Organized breeding started 125 years ago

There is a long tradition of German black-and-white breeding. Around 1847, the first cattle breeders association in the North Sea region of East Friesland – an area with good pastures because of the maritime climatic conditions – already organized cattle shows. In 1876, the first official herd book was founded where performance testing and conformation classifications were introduced. Today, many well-known East Frisian cow families, the basis of successful German breeding programs, can be traced back to the start of this herd book.

Europe's largest cattle breeding organization in East Prussia

As well as the North Sea region, many other regions of Germany developed numerous herd book organizations for black-and-white and red-and-white cattle. East Prussia was especially well-known for its black-and-white breeding. The first herd book organization in East Prussia was founded in 1882. With 6,000 members and 350,000 registered cows, it was the largest cattle breeding organization within Europe and at the forefront of the development of modern breeding until its breakup in 1944 during the troubled years of the war.

Systematic Holstein breeding started in the North Sea region East Friesland.

Uniform breeding goal

In order to protect Germany from foot and mouth disease, the government closed the borders with The Netherlands for the importation of bovine cattle in 1891. As a result of this, the independence of cattle breeding in Germany was significantly promoted. Around 1920, the breeding goal was at last standardized within all regions of Germany. Until then, German Holsteins were bred as dual purpose cattle with an equal balance between milk and beef production, but from then on, milk production was given a higher priority across the entire country. From that time on, a uniform black-and-white Holstein breed joined the international competition.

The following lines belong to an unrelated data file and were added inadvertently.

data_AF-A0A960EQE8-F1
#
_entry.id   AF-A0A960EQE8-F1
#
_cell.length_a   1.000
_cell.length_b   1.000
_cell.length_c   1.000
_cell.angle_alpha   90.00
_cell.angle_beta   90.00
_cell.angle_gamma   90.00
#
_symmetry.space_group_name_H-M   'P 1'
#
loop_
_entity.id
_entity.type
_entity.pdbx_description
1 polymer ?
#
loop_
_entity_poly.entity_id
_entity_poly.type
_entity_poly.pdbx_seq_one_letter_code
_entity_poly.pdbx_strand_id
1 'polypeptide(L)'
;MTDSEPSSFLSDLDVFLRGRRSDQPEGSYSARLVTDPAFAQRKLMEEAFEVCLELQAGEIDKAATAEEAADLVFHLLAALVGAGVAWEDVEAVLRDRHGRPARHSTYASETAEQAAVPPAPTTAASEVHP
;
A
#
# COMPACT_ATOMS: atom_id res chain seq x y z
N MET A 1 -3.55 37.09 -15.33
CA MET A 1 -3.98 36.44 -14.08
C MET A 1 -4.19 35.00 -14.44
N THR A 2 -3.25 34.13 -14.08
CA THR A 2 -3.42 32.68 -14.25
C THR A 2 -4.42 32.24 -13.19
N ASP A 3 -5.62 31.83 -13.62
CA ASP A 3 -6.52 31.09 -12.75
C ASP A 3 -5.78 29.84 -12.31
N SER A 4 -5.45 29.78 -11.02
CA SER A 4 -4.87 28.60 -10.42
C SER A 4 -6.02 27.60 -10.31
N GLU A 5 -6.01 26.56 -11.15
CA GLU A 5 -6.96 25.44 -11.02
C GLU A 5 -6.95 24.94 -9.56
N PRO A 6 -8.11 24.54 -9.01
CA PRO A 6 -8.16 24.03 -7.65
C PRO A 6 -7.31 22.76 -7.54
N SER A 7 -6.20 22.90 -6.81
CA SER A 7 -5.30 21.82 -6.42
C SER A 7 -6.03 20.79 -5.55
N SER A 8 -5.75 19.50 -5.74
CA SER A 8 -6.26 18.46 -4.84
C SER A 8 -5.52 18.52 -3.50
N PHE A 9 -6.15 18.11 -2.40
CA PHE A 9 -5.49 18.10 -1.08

Development of German Holstein cattle

In 1964, a new breeding goal of 6,000 kg milk with 4 % fat, together with better development of body capacity, was set out for German black-and-whites. This aim was achieved by crossing German black-and-whites with Holstein Friesians from North America. Imported from Europe, the European Holstein Friesians in the U.S. had been exclusively selected for milk production since 1871. Due to the traditionally high meat consumption in the U.S., breeding of particular beef cattle breeds was established very early. As there was, in contrast to the numerous requirements in Europe, no demand for highly productive dual purpose cattle in North America, a pure dairy breed had been rapidly developed there from the European dual purpose cattle. Since 1989, German pedigrees do not show the Holstein Frisian percentage of the animal, as from that time, the Holstein percentage of younger black-and-white generations was almost 100 %. Nowadays, the German Holsteins and German Red Holsteins are aiming for milk production of at least 10,000 kg milk with 4 % fat and 3.5 % protein per lactation.

German reunification:
Successful proof of German Holstein breeding

In 1990, the year of reunification, East German cattle breeding organizations became integrated in the German Holstein Association (DHV). Within a short time, they were re-organized into modern cattle breeding organizations following the Western model. Due to excellent breeding work and reorientation of the breeding goal for German Holsteins, an improvement in production in the East German Holstein population of more than 3,000 kg milk was achieved between 1990 and 2000. This enormous increase in production is even more remarkable as the farms in East Germany often house several hundred dairy cows.